Camp Bastion: British soldiers leave Helmand Province handing base over to Afghan forces

It brings to an end a costly chapter in the 13-year campaign, which resulted in the deaths of 453 British troops

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The Independent Online

The last UK base in Helmand Province was handed over to Afghan forces this morning, bringing British combat operations to an end after 13 years.

During the handover at Camp Bastion, British and American soldiers stood side by side as the Union flag and the Stars and Stripes were lowered at the same time and the two countries’ national anthems were played.

The ceremony marked the withdrawal of British forces from the frontline, although a few hundred military advisers will remain until the end of the year to advise the Afghan army.

British soldiers arrived in Afghanistan in October 2001, shortly after the September 11 attacks on New York and Washington, as part of an international mission to oust the Taliban from power.

The Taliban was toppled within weeks, but western forces have faced a prolonged and often bloody insurrection, with 453 British soldiers killed and thousands injured during the conflict. Most died in the southern province of Helmand where UK troops have been based for the last eight years.

Ten thousand British personnel were stationed in Helmand at the height of the conflict, although the presence has been steadily scaled back as responsibility for security was handed to the Afghans.

Military vehicles and equipment has been sent back to Britain for several months from Camp Bastion, which is due to be turned into a commercial airstrip.

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A British officer walking on deserted ground inside Camp Bastion, Helmand Province, Afghanistan, on the exact spot where the very first tents were erected in 2006 as the base was built

The remaining British troops at the base are due to return home this week, which is slightly ahead of the original schedule.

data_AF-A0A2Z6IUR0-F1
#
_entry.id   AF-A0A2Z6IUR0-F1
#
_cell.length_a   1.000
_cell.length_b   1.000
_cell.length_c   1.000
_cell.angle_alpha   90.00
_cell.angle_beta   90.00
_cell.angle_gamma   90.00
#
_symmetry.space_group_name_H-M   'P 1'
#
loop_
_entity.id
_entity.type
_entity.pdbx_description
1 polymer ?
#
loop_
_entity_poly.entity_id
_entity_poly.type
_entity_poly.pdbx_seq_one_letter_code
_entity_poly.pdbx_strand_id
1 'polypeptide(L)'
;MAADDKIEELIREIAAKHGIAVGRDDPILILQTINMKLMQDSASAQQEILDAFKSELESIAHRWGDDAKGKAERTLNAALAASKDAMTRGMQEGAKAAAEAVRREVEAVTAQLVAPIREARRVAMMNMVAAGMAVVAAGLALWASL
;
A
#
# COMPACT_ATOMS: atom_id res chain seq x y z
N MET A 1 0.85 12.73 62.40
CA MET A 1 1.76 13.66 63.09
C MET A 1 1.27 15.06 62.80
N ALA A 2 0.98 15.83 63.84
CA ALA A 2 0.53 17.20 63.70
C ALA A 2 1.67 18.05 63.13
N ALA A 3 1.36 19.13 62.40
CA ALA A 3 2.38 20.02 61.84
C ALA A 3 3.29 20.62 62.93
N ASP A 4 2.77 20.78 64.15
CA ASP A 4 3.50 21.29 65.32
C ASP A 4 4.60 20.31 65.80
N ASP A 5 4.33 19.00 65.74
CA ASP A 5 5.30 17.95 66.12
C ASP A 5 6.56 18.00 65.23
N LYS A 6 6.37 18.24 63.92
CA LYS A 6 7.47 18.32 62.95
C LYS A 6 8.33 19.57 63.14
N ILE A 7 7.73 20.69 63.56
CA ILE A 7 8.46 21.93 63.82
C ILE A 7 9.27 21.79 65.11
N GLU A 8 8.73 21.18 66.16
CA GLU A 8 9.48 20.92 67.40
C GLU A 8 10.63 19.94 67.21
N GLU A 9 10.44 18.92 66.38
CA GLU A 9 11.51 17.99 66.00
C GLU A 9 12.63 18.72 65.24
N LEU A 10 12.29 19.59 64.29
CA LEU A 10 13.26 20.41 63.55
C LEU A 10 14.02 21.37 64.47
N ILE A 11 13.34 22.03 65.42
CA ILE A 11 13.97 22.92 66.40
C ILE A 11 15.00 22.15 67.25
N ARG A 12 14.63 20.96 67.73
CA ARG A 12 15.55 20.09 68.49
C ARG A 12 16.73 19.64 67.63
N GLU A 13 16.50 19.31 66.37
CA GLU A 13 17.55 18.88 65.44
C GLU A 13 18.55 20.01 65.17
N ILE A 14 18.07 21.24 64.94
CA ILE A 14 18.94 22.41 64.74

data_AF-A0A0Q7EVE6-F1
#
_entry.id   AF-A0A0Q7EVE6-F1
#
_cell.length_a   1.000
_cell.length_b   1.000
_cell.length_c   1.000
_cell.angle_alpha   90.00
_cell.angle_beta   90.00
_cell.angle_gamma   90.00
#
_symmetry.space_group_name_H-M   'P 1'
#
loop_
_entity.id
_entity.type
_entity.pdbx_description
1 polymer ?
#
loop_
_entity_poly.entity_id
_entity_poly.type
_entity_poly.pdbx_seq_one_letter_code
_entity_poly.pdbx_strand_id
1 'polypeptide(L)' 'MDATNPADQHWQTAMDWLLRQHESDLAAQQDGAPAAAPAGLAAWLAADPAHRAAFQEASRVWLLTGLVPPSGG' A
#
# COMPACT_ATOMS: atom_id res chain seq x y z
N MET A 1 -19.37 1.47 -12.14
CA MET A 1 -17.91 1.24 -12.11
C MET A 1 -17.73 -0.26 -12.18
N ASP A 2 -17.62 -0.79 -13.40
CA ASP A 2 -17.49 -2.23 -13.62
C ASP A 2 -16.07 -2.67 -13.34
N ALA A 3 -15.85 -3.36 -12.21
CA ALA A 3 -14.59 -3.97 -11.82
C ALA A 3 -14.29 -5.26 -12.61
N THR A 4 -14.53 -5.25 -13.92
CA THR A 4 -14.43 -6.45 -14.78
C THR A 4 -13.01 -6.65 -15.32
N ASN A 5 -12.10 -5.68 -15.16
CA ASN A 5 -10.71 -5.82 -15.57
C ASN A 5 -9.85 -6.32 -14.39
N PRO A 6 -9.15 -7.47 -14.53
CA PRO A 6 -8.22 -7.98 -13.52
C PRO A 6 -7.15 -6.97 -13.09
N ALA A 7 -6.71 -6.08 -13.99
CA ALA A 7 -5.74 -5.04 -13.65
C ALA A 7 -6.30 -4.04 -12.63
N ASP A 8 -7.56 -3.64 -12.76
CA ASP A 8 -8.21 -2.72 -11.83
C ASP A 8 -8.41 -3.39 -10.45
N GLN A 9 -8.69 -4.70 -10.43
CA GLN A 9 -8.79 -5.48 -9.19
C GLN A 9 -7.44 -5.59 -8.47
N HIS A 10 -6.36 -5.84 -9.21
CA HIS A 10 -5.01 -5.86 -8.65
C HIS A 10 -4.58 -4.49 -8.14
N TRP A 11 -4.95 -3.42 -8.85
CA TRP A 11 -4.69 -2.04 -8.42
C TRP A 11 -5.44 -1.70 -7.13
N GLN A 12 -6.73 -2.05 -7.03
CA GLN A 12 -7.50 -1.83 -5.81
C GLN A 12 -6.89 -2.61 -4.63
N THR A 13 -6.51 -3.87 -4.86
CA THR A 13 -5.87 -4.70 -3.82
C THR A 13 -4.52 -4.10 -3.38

Those few hundred British troops remaining at the camp will begin to make their way home in the next few days ahead of schedule after handing over to the Afghan forces.

Michael Fallon, the Defence Secretary, acknowledged there was “no guarantee” Afghanistan would be “stable and safe” following the departure of western fighting forces.

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A U.S. Marine is pictured before withdrawal from the base, at Camp Bastion in Helmand province

“What we are saying to you is we have given Afghanistan the best possible chance of a safer future, primarily through the sacrifice of our own troops and other Nato troops in building up the Afghan army itself,” he told BBC1’s Andrew Marr Show.

The Defence Secretary confirmed that Britain would not be sending combat forces back into Afghanistan “under any circumstances”, including a large scale insurrection in Helmand or Kabul.

He admitted mistakes had been made during the lengthy campaign.

“The general have been clear mistakes were made. Mistakes were made militarily and mistakes were made by the politicians at the time.

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File photo dated 25/10/14 of deserted roads and compounds at Camp Bastion, Helmand Province, Afghanistan, as the British base becomes devoid of soldiers

“Clearly the numbers weren’t there at the beginning, the equipment wasn't quite good enough at the beginning, and we have learnt an awful lot from the campaign.

“But don’t let’s ignore what has been achieved. We have now some six million people in school in Afghanistan, three million of them girls.

“There is access in Helmand to healthcare and to education in that province that simply did not exist ten years ago.”

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